26 Dec 2007

Contemporary art market draws more buyers

There is a general feeling in the art market that the focus has shifted somewhat from Indian modern artists to contemporary artists. In fact, a trend that has become more noticeable now is that buyers and investors are backing younger talent. There are even reports that some senior artists are not finding any takers at all. Whether this is true it is difficult to say, but prices of some of these artists have definitely gone down. Paintings by a few well-known artists that were selling for Rs 12-15 lakhs (market price and not their auction price) are now barely holding out in the Rs 5 lakh range. It appears that there is a greater confidence in the contemporary art market.

There could be many reasons for this downward trend. According to an art collector, quality is a prime factor. As all works by the same artists are not of the same quality, the poorer works are now being reflected in their prices. Another theory is that the buyers are simply bored and find art from younger artists more exciting and refreshingly different. Contemporary artists are more open to experimentation when it comes to medium or concept. Brands and signature styles seem to be getting outdated. The new buyer now wants something ‘different’. Originality of thought is also considered to be one of the parameters that is now defining the art market.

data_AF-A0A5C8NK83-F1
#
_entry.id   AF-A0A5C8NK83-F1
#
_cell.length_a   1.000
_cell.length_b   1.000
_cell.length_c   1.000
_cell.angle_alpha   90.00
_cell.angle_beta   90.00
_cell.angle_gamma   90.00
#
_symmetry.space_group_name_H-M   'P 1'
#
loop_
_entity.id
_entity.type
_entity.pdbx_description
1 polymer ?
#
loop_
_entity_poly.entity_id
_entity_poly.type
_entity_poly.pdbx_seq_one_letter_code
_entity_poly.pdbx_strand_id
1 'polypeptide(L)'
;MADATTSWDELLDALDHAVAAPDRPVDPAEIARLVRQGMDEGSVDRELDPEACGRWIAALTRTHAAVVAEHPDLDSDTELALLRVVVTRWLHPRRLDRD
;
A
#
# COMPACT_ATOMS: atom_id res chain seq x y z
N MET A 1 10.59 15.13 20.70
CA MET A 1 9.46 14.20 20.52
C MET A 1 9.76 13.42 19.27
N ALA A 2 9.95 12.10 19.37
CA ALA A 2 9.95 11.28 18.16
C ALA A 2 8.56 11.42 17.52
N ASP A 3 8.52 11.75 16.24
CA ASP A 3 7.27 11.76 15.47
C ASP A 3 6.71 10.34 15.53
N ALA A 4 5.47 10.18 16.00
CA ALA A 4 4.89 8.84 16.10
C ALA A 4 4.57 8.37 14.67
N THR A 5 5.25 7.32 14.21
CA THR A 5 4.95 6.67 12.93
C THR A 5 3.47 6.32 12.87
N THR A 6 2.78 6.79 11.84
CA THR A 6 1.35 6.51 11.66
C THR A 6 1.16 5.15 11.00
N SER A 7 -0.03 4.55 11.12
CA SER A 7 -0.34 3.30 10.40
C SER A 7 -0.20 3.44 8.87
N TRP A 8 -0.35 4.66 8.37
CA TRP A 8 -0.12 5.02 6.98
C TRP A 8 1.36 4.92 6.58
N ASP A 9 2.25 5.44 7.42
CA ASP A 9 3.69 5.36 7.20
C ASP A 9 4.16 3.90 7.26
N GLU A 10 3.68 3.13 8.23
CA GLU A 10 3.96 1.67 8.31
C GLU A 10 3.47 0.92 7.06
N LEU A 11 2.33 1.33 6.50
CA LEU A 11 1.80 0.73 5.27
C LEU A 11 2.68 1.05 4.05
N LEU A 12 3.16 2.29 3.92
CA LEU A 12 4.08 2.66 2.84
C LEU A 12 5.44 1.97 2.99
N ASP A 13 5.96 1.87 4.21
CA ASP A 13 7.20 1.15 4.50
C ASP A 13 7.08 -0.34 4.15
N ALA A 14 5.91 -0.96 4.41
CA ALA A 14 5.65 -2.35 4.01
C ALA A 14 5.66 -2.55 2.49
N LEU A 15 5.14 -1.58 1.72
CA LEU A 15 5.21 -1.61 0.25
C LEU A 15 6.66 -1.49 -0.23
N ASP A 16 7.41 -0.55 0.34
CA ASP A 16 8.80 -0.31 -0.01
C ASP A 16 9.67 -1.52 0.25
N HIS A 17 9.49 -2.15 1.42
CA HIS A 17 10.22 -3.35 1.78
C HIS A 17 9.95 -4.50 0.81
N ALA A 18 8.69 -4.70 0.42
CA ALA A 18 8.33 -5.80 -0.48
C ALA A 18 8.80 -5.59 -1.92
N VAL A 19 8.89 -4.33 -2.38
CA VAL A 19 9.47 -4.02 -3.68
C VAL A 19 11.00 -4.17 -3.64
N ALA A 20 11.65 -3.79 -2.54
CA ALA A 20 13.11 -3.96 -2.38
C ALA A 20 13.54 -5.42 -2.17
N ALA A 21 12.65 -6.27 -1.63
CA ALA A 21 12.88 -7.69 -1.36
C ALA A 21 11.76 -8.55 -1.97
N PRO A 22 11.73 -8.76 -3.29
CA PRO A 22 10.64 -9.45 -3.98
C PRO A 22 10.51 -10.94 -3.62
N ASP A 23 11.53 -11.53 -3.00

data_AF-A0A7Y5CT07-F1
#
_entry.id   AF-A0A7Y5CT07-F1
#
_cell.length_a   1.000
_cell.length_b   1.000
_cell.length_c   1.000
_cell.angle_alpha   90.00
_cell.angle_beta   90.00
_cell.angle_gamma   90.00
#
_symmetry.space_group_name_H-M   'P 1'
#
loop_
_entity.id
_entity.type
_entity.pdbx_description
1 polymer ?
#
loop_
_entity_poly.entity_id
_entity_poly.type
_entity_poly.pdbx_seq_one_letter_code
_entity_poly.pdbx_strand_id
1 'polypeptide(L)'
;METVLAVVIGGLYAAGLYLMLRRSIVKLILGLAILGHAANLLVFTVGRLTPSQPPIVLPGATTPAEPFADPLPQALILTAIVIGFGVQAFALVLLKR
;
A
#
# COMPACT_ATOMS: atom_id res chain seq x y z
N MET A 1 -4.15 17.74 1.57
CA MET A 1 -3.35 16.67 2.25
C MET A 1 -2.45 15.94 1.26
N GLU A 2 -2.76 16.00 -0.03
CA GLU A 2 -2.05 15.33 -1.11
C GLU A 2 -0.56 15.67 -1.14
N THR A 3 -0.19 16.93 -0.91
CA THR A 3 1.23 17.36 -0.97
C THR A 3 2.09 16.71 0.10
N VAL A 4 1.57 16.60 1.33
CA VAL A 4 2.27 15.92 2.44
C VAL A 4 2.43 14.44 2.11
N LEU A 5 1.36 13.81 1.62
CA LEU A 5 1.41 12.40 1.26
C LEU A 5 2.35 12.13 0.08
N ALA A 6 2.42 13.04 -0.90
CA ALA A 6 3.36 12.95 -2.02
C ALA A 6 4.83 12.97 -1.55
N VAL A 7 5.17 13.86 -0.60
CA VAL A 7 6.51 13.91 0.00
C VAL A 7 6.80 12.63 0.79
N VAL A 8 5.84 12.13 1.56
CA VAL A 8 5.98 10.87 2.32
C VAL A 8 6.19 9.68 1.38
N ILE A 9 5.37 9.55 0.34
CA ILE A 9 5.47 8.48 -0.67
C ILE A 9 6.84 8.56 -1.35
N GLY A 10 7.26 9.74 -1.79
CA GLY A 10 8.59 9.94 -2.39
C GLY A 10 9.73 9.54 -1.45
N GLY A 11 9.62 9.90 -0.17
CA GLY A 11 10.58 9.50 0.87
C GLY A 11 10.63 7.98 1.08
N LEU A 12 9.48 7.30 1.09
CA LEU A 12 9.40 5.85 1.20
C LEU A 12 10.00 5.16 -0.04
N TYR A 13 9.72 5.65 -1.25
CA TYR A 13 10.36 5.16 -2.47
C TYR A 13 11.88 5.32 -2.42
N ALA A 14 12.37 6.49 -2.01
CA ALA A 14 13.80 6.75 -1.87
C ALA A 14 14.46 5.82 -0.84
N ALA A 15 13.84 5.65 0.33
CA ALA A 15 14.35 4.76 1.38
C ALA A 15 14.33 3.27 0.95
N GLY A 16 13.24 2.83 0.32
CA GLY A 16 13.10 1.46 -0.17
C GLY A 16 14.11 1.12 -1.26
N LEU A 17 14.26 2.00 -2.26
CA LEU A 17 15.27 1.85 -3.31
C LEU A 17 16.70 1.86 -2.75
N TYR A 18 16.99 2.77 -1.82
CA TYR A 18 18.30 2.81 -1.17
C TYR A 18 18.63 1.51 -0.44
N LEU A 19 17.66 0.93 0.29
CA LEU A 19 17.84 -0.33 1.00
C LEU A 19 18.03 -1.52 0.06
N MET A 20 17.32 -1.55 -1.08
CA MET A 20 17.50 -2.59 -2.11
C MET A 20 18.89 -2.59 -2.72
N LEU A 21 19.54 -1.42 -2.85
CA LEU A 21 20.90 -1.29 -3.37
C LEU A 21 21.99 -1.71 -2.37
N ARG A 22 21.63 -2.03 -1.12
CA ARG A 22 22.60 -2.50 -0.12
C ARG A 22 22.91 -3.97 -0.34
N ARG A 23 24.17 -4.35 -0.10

Again, one must remember that the buyer profile has also changed in the last few years. Investors and collectors are getting younger every day and probably that is why they relate better to works by their contemporaries. It is also believed that contemporary artists have a greater international appeal as compared to modern artists. Having said that there is no guarantee that all contemporary artists will continue to perform well. Some of them are bound to lag behind over time when it comes to their investment potential. Similarly, it is very unlikely that Indian modern art will continue its downward trend, but how long it will take to bounce back it is difficult to predict.

(Published in Financial Times)
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